So as Jesus and his friends are walking around the streets of Jerusalem and looking at this amazing Temple, it has been six hundred years since it had been rebuilt under Ezra and Nehemiah. It feels like has been there forever, and that it will be there forever. And that is reassuring when it comes to faith: we like to think that in the midst of a changing world it will remain rock solid.
Yet within just four decades after this conversation took place, the Romans will march into Jerusalem and destroy that second Temple just as the Babylonians had destroyed the first one. In fact that second Temple will never be rebuilt, and all that remains to this day, two thousand years later, is the west wall—more commonly called the Wailing Wall. In fact, by the time Mark’s Gospel is written down that event is only a year or two away.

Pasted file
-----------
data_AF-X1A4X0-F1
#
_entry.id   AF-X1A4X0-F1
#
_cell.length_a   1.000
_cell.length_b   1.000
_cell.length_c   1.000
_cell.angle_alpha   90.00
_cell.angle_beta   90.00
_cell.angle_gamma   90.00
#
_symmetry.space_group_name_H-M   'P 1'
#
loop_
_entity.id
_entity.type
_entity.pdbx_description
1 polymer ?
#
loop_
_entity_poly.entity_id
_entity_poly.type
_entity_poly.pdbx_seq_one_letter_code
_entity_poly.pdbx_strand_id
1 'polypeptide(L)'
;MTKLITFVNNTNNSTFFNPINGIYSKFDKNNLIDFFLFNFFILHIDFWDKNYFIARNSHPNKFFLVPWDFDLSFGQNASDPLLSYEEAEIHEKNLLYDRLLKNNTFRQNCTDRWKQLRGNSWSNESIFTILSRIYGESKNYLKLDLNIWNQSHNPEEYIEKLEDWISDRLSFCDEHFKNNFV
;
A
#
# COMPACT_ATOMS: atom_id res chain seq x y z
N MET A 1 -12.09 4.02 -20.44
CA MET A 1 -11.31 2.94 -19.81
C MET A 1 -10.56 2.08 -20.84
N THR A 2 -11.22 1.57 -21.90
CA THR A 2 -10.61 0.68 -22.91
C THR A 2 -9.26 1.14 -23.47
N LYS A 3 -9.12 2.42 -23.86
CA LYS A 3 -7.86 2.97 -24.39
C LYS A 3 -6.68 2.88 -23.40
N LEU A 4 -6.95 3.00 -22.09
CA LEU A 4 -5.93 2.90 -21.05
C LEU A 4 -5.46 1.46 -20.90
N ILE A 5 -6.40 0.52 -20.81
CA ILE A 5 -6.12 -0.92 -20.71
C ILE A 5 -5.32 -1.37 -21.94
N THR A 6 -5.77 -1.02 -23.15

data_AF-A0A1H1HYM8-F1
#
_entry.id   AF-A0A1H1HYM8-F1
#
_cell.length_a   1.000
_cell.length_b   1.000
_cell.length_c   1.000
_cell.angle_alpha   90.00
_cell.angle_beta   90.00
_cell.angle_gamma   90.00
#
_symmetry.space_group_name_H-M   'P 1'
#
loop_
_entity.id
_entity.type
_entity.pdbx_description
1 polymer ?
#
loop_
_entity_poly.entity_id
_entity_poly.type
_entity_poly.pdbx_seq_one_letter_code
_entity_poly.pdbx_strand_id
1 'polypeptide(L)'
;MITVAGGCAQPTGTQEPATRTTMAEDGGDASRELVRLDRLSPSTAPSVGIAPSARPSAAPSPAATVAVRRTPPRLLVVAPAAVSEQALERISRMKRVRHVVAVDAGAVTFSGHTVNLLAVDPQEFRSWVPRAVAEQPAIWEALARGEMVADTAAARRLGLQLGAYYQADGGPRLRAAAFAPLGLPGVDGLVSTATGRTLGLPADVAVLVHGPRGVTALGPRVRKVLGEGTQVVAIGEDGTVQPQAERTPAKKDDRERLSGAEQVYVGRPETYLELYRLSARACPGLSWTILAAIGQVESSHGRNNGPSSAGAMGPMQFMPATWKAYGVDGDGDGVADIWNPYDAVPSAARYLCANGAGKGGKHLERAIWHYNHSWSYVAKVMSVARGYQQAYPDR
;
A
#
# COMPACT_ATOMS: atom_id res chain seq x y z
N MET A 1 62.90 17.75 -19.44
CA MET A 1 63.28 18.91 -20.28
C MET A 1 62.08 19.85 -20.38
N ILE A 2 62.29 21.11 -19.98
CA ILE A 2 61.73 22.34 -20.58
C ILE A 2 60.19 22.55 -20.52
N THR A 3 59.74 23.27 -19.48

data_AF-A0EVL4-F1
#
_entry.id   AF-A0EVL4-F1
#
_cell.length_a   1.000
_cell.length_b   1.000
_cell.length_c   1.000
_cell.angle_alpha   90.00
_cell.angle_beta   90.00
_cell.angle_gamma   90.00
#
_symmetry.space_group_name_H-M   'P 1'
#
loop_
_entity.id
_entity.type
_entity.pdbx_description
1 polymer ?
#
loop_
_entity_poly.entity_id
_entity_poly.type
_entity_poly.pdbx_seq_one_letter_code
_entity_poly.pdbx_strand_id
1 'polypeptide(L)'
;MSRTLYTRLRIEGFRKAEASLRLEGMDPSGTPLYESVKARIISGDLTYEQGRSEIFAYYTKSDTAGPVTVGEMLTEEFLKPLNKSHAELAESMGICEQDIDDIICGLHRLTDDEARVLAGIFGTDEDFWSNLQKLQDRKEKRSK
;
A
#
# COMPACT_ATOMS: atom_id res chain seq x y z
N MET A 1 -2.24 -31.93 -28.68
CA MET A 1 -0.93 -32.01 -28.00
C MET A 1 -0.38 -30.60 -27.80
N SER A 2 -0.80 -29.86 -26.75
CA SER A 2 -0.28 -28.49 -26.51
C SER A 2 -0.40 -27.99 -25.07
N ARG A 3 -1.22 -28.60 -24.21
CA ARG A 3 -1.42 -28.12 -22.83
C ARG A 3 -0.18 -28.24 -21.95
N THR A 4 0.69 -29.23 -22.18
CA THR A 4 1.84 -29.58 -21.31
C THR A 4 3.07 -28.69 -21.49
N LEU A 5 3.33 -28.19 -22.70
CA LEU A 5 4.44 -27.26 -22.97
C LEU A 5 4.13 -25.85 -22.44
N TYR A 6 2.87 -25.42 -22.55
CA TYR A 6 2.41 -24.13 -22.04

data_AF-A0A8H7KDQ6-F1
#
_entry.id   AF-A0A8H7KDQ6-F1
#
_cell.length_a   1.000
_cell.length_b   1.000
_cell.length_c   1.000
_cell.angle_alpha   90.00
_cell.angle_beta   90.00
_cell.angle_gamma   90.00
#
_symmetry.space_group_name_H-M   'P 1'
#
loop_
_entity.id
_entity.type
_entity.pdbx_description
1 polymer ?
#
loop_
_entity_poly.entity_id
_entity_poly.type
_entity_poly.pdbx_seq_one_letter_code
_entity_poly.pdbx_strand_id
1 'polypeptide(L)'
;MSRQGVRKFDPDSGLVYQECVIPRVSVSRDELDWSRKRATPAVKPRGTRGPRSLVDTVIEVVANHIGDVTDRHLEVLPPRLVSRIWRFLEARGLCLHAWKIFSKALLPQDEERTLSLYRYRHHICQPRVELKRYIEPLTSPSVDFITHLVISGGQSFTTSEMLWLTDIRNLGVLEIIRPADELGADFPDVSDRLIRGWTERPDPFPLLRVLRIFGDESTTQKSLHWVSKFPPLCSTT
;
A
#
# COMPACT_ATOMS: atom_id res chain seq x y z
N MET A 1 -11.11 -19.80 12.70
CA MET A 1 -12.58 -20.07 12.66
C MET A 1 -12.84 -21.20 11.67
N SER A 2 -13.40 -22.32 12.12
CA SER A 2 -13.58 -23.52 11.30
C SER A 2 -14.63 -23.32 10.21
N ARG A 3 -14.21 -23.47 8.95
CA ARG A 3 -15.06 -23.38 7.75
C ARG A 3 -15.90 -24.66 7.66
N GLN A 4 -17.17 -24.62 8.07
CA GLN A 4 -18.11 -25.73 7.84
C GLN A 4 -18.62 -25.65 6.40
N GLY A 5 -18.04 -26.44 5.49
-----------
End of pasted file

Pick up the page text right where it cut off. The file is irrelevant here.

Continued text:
Even so, as I said I think the point is not so much that Jesus is making a future prediction about the exact date when the Temple will be destroyed and definitely not about the end of the world as we know it. Rather, I think that he is inviting his followers in every generation to consider the fact that nothing lasts forever. How then, do we navigate seasons of transition? Big buildings make us think we are secure and maybe even invincible. But we know better, don’t we? The biggest of buildings, whether in first-century Jerusalem or twenty-first century lower Manhattan, can come down before our very eyes. And when that happens, when things we thought were “permanent” are exposed as transient, they can leave fear and terror in their wake. What do we do with such emotions? What do we do when the very foundations of our faith are shaken?